It is harder to deal with pride, repentance & the darkness of your own heart than to want to be the martyr you’ll probably never be called to be. Let’s stop making audacious and hardcore claims and get busy with our own worst enemies, us. Those who die daily are the best kind of martyr. Be like the King, who did not consider equality with God something to be grasped, but made Himself nothing (Philippians 2:6).
Category Archives: Worship
No this is not an idiomatic expression from a far off land…this literally happened. Friday morning at 1:30 am, right after the softball sized hail came down, we heard what sounded like really high winds and a loud crash. As it turns out, an entire tree was laying on my house with a branch through the front porch! Everyone was ok. The two eldest were away for their first slumber party (and they did great!), and the baby got a good scare out of it. Me and the wife just laughed. At first we thought it was just a branch. But after I went out and checked from the front (underneath a Transformers Umbrella), I came back in and gave her the news, and we laughed harder. It was a fun night. It cost us nothing to repair as we are no longer the home owners, and from what I understand, they will be getting a brand new roof out of the deal, which is nice. In addition, we got to say things like “we have a tree house” and respond to statements like “it looks like you guys got a little bit of wind last night” from the long stream of customers coming to our garage sale.
Here is the article from the Ft Worth Star Telegram. We are famous!
Looking at the size of the tree, which of course is not that big, but still much larger than me, I could not help but think about how powerful a God who controls the winds and the waves must be. I wasn’t there when Jesus rebuked the wind and the waves in Mark 4:35-41, so that passage has not hit me very hard in the past. I think its difficult for any of us who don’t experience natural disasters to get the full force of the significance of these kinds of miracles. Not to mention the fact that most of us live in a world that doesn’t readily believe such things to begin with. But after witnessing just a tiny smidgeon of the power of nature, I gained some inkling of insight into the way we should respond when we read about stuff like this.
Worship God for His power and strength. Either God does or doesn’t have authority over nature. Saying that He does is just as provable as saying that He exists. There might be some logical reasoning that can point to it, but at the end of the day, we simply believe as our starting point. On the flip side, to say that He doesn’t have authority (or exist), is just as much an act of faith. I, of course, believe that He does. And when I see a giant tree laying across my house, along with the time and effort it took to clear it off, and the damage done, I realize how powerless I am, and how powerful God is. Christ’s rebuke of the wind and the waves was a power move in the truest sense, a display of authority unmatched by anything we can come up with.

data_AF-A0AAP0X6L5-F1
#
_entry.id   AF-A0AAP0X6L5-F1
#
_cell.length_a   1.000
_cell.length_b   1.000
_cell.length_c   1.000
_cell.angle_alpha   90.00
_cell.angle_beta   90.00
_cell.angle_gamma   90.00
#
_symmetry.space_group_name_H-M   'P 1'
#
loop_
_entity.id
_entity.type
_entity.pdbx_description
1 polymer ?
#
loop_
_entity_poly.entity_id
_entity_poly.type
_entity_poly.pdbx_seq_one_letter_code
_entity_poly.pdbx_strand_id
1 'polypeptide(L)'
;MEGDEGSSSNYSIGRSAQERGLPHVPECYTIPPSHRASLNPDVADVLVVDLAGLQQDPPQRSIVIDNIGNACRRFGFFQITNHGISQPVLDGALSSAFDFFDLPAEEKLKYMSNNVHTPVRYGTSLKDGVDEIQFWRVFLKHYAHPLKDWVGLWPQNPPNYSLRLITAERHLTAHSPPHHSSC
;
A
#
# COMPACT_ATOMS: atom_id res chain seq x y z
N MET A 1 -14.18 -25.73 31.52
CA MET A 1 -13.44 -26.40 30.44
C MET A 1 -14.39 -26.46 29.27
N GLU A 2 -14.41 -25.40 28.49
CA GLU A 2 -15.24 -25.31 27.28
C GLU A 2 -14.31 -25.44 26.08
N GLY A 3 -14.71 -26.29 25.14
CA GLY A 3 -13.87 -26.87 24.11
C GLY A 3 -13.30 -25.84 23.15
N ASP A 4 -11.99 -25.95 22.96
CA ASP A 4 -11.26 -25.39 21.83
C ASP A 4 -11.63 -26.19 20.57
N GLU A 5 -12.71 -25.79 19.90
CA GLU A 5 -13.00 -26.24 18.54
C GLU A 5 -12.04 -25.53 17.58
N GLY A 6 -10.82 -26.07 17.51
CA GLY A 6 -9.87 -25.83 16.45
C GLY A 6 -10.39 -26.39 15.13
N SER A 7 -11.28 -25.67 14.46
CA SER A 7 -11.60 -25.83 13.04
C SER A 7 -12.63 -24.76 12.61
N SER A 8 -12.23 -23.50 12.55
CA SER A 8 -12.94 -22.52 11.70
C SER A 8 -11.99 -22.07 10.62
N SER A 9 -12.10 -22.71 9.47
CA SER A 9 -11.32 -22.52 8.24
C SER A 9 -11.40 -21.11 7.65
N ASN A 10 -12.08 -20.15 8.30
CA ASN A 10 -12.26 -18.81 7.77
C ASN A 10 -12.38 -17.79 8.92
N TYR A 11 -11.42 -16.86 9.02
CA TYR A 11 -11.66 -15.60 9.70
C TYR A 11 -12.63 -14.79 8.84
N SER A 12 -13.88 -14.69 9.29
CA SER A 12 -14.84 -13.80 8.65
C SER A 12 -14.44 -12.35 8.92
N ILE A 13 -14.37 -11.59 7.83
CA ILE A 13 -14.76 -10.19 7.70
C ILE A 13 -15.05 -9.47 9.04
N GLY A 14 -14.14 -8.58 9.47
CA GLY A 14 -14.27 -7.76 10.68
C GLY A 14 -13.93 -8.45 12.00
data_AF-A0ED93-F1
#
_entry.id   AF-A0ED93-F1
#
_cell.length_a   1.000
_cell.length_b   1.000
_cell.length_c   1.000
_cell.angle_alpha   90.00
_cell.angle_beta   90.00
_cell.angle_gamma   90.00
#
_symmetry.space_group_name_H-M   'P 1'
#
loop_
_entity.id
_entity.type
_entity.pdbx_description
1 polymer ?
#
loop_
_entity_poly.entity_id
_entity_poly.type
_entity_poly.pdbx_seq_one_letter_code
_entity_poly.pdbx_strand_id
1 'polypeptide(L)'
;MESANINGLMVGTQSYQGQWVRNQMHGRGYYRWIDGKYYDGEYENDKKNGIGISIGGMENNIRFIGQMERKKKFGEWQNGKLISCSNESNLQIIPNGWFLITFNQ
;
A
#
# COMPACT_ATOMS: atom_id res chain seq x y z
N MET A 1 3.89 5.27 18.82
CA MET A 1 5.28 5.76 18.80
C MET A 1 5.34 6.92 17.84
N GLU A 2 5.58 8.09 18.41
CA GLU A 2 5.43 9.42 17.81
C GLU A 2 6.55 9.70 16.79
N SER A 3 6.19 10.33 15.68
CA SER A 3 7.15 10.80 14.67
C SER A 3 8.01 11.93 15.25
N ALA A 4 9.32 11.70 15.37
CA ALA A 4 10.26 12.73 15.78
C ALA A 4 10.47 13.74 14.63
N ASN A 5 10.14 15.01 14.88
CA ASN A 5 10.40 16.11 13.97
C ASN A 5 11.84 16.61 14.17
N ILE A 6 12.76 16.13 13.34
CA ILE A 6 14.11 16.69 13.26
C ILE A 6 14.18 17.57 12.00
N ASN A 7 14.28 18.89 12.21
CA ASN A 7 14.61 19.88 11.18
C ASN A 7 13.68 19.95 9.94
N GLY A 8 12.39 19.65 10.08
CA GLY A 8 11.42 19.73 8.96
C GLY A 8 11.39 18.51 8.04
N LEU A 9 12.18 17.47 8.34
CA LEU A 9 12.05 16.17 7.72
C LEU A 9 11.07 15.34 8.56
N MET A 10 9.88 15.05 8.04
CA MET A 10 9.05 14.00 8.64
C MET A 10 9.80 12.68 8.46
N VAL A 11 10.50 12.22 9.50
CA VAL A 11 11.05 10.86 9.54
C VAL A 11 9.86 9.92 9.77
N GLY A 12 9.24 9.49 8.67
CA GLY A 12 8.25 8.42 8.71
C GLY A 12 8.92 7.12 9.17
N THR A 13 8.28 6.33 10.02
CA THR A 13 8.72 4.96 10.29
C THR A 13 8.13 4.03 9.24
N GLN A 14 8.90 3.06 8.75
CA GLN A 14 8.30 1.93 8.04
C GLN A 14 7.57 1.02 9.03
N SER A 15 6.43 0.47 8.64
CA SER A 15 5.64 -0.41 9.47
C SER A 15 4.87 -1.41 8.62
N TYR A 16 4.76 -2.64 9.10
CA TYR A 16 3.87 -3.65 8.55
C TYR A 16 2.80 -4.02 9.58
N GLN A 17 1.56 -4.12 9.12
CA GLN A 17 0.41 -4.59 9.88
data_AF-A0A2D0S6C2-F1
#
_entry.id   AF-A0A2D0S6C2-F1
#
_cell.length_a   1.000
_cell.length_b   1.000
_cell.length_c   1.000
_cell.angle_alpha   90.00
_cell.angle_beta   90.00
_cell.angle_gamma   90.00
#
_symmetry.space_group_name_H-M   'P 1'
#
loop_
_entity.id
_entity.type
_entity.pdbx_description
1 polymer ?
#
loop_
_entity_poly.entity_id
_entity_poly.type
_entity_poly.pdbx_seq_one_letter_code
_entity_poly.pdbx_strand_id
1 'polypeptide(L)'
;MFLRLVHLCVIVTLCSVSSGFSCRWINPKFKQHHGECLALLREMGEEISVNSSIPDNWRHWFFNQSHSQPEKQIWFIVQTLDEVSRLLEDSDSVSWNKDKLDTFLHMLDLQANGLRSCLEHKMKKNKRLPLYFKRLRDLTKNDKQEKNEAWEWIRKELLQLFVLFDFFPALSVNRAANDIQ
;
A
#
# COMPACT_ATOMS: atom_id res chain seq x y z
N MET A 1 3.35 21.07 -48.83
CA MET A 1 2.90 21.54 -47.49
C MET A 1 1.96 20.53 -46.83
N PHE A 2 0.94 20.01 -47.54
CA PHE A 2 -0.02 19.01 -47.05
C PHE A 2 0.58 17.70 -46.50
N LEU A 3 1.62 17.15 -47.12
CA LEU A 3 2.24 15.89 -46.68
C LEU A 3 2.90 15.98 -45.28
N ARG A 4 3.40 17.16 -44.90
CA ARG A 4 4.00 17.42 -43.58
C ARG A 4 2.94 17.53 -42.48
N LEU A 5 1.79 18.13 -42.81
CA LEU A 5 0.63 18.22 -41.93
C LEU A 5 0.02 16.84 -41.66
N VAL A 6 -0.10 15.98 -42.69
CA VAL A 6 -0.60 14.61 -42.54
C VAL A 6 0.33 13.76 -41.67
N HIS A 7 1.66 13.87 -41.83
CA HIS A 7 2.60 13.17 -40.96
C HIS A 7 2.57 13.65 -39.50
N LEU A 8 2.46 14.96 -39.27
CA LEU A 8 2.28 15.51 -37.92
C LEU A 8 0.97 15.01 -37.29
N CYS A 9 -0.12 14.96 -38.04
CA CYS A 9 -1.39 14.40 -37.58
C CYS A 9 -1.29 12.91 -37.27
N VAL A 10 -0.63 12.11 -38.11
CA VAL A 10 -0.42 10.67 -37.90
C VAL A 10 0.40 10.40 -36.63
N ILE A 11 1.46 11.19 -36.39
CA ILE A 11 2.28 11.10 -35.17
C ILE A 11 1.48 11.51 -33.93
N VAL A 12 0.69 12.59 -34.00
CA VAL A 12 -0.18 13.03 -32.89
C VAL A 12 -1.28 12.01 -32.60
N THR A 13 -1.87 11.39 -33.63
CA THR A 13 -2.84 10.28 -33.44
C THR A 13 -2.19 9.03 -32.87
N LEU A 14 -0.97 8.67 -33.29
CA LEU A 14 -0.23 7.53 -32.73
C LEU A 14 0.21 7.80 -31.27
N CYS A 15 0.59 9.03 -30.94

Believe and Repent! If He does have authority over nature, we must realize that the world He controls is under a curse from sin, and that living in this world is dangerous business, always under the constant threat of death. And being part of the creation, this curse extends to us. We have been disjointed from the life that God created us for. Physical and spiritual disaster are bound together under the heading of the curse. God’s solution to that curse is in the person of Jesus Christ, who lived, died, and in the ultimate power move was raised from the grave to conquer this curse. Through Christ, both man and nature (Romans 8:18-24) will be redeemed, and so likewise under Him we have the hope of both physical and spiritual restoration to look forward to. Natural disasters (or minor ones like the one mentioned here) are a constant reminder of our need, not only of someone to protect us, but of the reason we need protection in the first place, and that our ultimate hope is in a world that can only be restored by Christ. Either we trust in His solution for sin’s curse by believing and repenting, or we face its unthinkable consequences. Either way, our choices will extend far beyond this life. God doesn’t promise to spare us from disaster in the here and now, but he does promise to give us true life to live through it, or barring that, to dwell in His presence forevermore.
In looking at the power of nature, we only have two options. 1. God has authority. 2. God doesn’t have authority. Many feel that to select the first option is to convict God of the apparent problems that come from natural disasters. If God is powerful enough to stop them, and He didn’t, then He is not good. If God wanted to stop them, but He couldn’t, then He is not powerful. But the Gospel offers a third way. God deals with the problem in the person of His Son. The cause of natural disasters is the curse that comes from sin. The world has been subjected to futility because of sin. God dealt with that at the cross, where His campaign to destroy evil was brought into reality, and continues on through the work of His Body, the Church. The end of natural disasters will be in the future when sin is no longer allowed to breathe, when Jesus comes back to collect on the work done at Calvary. In the meantime, we believe and repent, and relish the privelege of working under God to bring about His kingdom.